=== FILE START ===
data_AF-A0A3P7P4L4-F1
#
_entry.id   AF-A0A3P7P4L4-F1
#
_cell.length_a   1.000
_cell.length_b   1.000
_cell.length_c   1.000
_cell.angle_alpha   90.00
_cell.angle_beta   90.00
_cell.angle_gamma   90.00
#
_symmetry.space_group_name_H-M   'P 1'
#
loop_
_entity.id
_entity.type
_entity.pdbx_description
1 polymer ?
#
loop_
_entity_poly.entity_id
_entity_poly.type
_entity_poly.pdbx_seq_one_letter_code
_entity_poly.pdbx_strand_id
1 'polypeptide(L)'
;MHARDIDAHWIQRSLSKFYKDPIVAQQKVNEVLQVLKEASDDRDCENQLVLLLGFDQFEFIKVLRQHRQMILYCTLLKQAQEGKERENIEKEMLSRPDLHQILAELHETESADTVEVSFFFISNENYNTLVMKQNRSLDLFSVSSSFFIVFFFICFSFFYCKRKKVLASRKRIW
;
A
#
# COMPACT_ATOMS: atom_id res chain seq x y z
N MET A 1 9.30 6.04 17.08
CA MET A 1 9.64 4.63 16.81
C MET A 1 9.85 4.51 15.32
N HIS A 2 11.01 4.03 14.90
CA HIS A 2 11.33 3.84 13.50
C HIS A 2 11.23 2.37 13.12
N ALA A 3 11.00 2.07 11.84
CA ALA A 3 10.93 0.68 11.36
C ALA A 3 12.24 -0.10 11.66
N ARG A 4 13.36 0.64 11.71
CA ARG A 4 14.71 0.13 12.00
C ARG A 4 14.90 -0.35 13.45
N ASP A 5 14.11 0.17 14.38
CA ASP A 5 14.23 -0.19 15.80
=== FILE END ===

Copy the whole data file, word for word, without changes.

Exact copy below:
data_AF-A0A3P7P4L4-F1
#
_entry.id   AF-A0A3P7P4L4-F1
#
_cell.length_a   1.000
_cell.length_b   1.000
_cell.length_c   1.000
_cell.angle_alpha   90.00
_cell.angle_beta   90.00
_cell.angle_gamma   90.00
#
_symmetry.space_group_name_H-M   'P 1'
#
loop_
_entity.id
_entity.type
_entity.pdbx_description
1 polymer ?
#
loop_
_entity_poly.entity_id
_entity_poly.type
_entity_poly.pdbx_seq_one_letter_code
_entity_poly.pdbx_strand_id
1 'polypeptide(L)'
;MHARDIDAHWIQRSLSKFYKDPIVAQQKVNEVLQVLKEASDDRDCENQLVLLLGFDQFEFIKVLRQHRQMILYCTLLKQAQEGKERENIEKEMLSRPDLHQILAELHETESADTVEVSFFFISNENYNTLVMKQNRSLDLFSVSSSFFIVFFFICFSFFYCKRKKVLASRKRIW
;
A
#
# COMPACT_ATOMS: atom_id res chain seq x y z
N MET A 1 9.30 6.04 17.08
CA MET A 1 9.64 4.63 16.81
C MET A 1 9.85 4.51 15.32
N HIS A 2 11.01 4.03 14.90
CA HIS A 2 11.33 3.84 13.50
C HIS A 2 11.23 2.37 13.12
N ALA A 3 11.00 2.07 11.84
CA ALA A 3 10.93 0.68 11.36
C ALA A 3 12.24 -0.10 11.66
N ARG A 4 13.36 0.64 11.71
CA ARG A 4 14.71 0.13 12.00
C ARG A 4 14.90 -0.35 13.45
N ASP A 5 14.11 0.17 14.38
CA ASP A 5 14.23 -0.19 15.80